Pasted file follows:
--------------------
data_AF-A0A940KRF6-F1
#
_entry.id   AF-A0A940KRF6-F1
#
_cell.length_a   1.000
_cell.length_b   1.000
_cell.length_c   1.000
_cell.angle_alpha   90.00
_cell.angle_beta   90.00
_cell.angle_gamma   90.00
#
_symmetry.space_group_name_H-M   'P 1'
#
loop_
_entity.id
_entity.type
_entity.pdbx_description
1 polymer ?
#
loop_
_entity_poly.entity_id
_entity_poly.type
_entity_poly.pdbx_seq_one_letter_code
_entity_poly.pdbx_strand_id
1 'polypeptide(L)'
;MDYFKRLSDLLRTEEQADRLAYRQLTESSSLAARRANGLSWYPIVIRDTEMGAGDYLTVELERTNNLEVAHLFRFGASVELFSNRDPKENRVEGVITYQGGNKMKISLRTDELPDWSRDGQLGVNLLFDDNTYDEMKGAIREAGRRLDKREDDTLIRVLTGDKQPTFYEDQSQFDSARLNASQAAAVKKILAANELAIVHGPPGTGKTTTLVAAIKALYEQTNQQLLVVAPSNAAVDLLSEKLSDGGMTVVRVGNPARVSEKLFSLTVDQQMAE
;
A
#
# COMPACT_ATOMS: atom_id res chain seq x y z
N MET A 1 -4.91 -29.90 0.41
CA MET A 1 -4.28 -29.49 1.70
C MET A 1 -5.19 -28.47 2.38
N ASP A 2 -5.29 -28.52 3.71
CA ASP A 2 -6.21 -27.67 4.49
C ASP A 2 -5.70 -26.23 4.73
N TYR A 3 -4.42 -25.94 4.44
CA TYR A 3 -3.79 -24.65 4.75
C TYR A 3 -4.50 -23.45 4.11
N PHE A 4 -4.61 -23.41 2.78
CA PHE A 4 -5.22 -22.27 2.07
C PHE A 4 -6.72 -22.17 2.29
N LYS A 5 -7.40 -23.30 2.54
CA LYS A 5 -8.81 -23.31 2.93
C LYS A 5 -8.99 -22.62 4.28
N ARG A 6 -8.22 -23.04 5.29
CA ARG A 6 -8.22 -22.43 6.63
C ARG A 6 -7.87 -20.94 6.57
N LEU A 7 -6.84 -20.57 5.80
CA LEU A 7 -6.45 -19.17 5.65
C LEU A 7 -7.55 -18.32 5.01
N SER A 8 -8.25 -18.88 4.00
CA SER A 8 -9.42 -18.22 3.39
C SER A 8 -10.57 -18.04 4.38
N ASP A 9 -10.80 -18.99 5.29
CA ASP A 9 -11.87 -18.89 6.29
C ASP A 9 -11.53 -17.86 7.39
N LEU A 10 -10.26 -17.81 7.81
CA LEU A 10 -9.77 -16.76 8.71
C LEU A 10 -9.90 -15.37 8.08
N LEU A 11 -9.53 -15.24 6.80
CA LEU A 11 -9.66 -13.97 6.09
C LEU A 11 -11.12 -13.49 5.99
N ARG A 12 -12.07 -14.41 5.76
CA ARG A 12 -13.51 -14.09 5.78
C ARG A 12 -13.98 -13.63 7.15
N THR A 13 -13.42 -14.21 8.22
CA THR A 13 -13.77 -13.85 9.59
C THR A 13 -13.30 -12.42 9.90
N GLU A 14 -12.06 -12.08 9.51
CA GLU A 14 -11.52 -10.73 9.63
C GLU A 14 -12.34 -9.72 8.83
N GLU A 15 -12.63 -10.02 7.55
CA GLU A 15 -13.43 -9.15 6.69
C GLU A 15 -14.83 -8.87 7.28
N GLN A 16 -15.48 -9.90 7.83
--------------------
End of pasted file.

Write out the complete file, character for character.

data_AF-A0A940KRF6-F1
#
_entry.id   AF-A0A940KRF6-F1
#
_cell.length_a   1.000
_cell.length_b   1.000
_cell.length_c   1.000
_cell.angle_alpha   90.00
_cell.angle_beta   90.00
_cell.angle_gamma   90.00
#
_symmetry.space_group_name_H-M   'P 1'
#
loop_
_entity.id
_entity.type
_entity.pdbx_description
1 polymer ?
#
loop_
_entity_poly.entity_id
_entity_poly.type
_entity_poly.pdbx_seq_one_letter_code
_entity_poly.pdbx_strand_id
1 'polypeptide(L)'
;MDYFKRLSDLLRTEEQADRLAYRQLTESSSLAARRANGLSWYPIVIRDTEMGAGDYLTVELERTNNLEVAHLFRFGASVELFSNRDPKENRVEGVITYQGGNKMKISLRTDELPDWSRDGQLGVNLLFDDNTYDEMKGAIREAGRRLDKREDDTLIRVLTGDKQPTFYEDQSQFDSARLNASQAAAVKKILAANELAIVHGPPGTGKTTTLVAAIKALYEQTNQQLLVVAPSNAAVDLLSEKLSDGGMTVVRVGNPARVSEKLFSLTVDQQMAE
;
A
#
# COMPACT_ATOMS: atom_id res chain seq x y z
N MET A 1 -4.91 -29.90 0.41
CA MET A 1 -4.28 -29.49 1.70
C MET A 1 -5.19 -28.47 2.38
N ASP A 2 -5.29 -28.52 3.71
CA ASP A 2 -6.21 -27.67 4.49
C ASP A 2 -5.70 -26.23 4.73
N TYR A 3 -4.42 -25.94 4.44
CA TYR A 3 -3.79 -24.65 4.75
C TYR A 3 -4.50 -23.45 4.11
N PHE A 4 -4.61 -23.41 2.78
CA PHE A 4 -5.22 -22.27 2.07
C PHE A 4 -6.72 -22.17 2.29
N LYS A 5 -7.40 -23.30 2.54
CA LYS A 5 -8.81 -23.31 2.93
C LYS A 5 -8.99 -22.62 4.28
N ARG A 6 -8.22 -23.04 5.29
CA ARG A 6 -8.22 -22.43 6.63
C ARG A 6 -7.87 -20.94 6.57
N LEU A 7 -6.84 -20.57 5.80
CA LEU A 7 -6.45 -19.17 5.65
C LEU A 7 -7.55 -18.32 5.01
N SER A 8 -8.25 -18.88 4.00
CA SER A 8 -9.42 -18.22 3.39
C SER A 8 -10.57 -18.04 4.38
N ASP A 9 -10.80 -18.99 5.29
CA ASP A 9 -11.87 -18.89 6.29
C ASP A 9 -11.53 -17.86 7.39
N LEU A 10 -10.26 -17.81 7.81
CA LEU A 10 -9.77 -16.76 8.71
C LEU A 10 -9.90 -15.37 8.08
N LEU A 11 -9.53 -15.24 6.80
CA LEU A 11 -9.66 -13.97 6.09
C LEU A 11 -11.12 -13.49 5.99
N ARG A 12 -12.07 -14.41 5.76
CA ARG A 12 -13.51 -14.09 5.78
C ARG A 12 -13.98 -13.63 7.15
N THR A 13 -13.42 -14.21 8.22
CA THR A 13 -13.77 -13.85 9.59
C THR A 13 -13.30 -12.42 9.90
N GLU A 14 -12.06 -12.08 9.51
CA GLU A 14 -11.52 -10.73 9.63
C GLU A 14 -12.34 -9.72 8.83
N GLU A 15 -12.63 -10.02 7.55
CA GLU A 15 -13.43 -9.15 6.69
C GLU A 15 -14.83 -8.87 7.28
N GLN A 16 -15.48 -9.90 7.83